UN Secretary General Ban Ki-moon spent Saturday in Sri Lanka pressing for political reconciliation and full humanitarian access for displaced people in camps, following Colombo's declaration of victory over Tamil Tigers rebels.
The BBC's UN correspondent Laura Trevelyan was travelling with Mr Ban and sent this report.
Menik Farm camp houses some 200,000 people
The Menik Farm camp in northern Sri Lanka has a distinctly military air for a place which is housing more than 200,000 people displaced by the fighting.
There is barbed wire everywhere, and camouflage-clad soldiers who are not at all keen on journalists speaking to those inside the camp.
As Mr Ban arrived amid a cloud of dust generated by his helicopter to see for himself the conditions in which people are living, there was an official welcome. Next came a presentation by Sri Lankan officials, about how well run the camp is.
Yet there is clearly overcrowding here. Gerson Brandao, from the UN's office for the Co-ordination of Humanitarian Affairs, explained that on one plot of land more than 74,000 people were living in a space designed for half that number.
Mr Ban came to press the Sri Lankan government to allow the UN and aid agencies full humanitarian access to the camps and to call for those inside to have freedom of movement.
The Sri Lankan government will not let the mostly Tamil people here leave yet.
They are screening them to make sure they are not a security risk (i.e. Tamil Tigers who might begin to fight again).
The UN says people must be allowed to reunite with their families. Sri Lanka's Foreign Minister Rohitha Bogollagama told me the screening process is on course and when it is over the resettlement will begin.
What about allowing agencies full access to people here, I asked Mr Bogollagama.
"You can see how much humanitarian access people are enjoying," answered. "People here were denied their basic human rights by the LTTE [Tamil Tigers]."
Mr Ban was serenaded by well turned out children waving Sri Lankan flags. The camp floor was neatly swept, there were flowers in the gardens. A huge sign welcomed Mr Ban "to our motherland".
Some of the patients in a makeshift hospital were clearly malnourished
Yet there was no disguising the agony here.
Women spoke of walking through water to escape the fighting, being shelled from both sides, by the government and the Tamil Tigers.
In a makeshift hospital Mr Ban saw elderly, malnourished patients lying on cot beds in the open air, drips attached, flies buzzing round their heads. A few looked close to death.
Mr Ban was clearly moved by what he saw, describing himself as saddened and humbled.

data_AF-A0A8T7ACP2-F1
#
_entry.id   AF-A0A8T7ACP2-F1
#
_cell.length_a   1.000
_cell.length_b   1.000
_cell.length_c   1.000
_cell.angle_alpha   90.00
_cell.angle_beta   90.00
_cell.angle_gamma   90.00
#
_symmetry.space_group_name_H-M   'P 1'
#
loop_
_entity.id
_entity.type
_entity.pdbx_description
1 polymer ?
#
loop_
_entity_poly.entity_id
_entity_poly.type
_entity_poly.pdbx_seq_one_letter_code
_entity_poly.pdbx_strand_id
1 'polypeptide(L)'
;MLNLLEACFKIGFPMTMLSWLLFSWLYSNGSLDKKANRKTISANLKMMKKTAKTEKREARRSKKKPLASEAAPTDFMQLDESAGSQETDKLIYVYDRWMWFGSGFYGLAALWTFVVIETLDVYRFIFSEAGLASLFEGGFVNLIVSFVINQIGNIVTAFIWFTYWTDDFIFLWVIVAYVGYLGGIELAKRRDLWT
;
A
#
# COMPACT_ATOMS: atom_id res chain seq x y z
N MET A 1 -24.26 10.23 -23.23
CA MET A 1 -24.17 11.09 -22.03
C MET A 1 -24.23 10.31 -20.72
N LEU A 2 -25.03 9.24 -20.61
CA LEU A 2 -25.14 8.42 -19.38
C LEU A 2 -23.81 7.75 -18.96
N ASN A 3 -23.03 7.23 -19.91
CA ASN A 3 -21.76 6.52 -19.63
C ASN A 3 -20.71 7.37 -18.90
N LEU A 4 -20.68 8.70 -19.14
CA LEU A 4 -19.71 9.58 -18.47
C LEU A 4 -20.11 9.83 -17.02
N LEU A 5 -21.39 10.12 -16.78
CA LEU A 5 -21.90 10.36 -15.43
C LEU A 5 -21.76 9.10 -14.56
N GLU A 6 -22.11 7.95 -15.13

He praised the Sri Lankan government for the help it is providing, while saying it lacked capacity - diplomatic code that more can be done.
'Vision of hell'
From the camp we were off by helicopter once again - this time to see the conflict zone itself - by Mullaitivu.
Mr Ban was flown over the area where the rebels made their last stand
We were the first international journalists to see the scene of the final days of the fighting.
The tiny spit of land in north-eastern Sri Lanka could be a beach paradise. Instead it is like a vision of hell.
Houses have been destroyed, buses blown up, palm trees devastated, and there are craters in the beach. On the sand I saw row after row of tents.
People lived in these cramped conditions, allegedly used by the Tamil Tigers as a human shield while the Sri Lankan military closed in.
Mr Ban did not land and look around the conflict zone. As a guest of the Sri Lankan authorities, he was well aware of the risk of being used by the government to portray international support for their military victory.
So he flew over instead, looking from the safety of the sky.
From there, Mr Ban went on to meet President Rajapaksa. UN officials were hoping to underline with him the importance of winning the peace as well as the war, by reaching out to Tamils and giving them rights in a comprehensive political settlement.
"If issues of reconciliation and social inclusion are not dealt with, history could repeat itself," warned Mr Ban.
The two men issued a joint statement after their meeting.
On the situation in the camps, the statement said the government would continue to provide access to humanitarian agencies, which did not acknowledge that it was not quite doing that.
President Rajapaksa says he will begin talks with all parties - including the Tamils - to bring about lasting peace.
Mr Ban in his dogged way has prodded the Sri Lankan government to address the concerns about the camps and work for reconciliation. The test of his influence is whether anything here changes.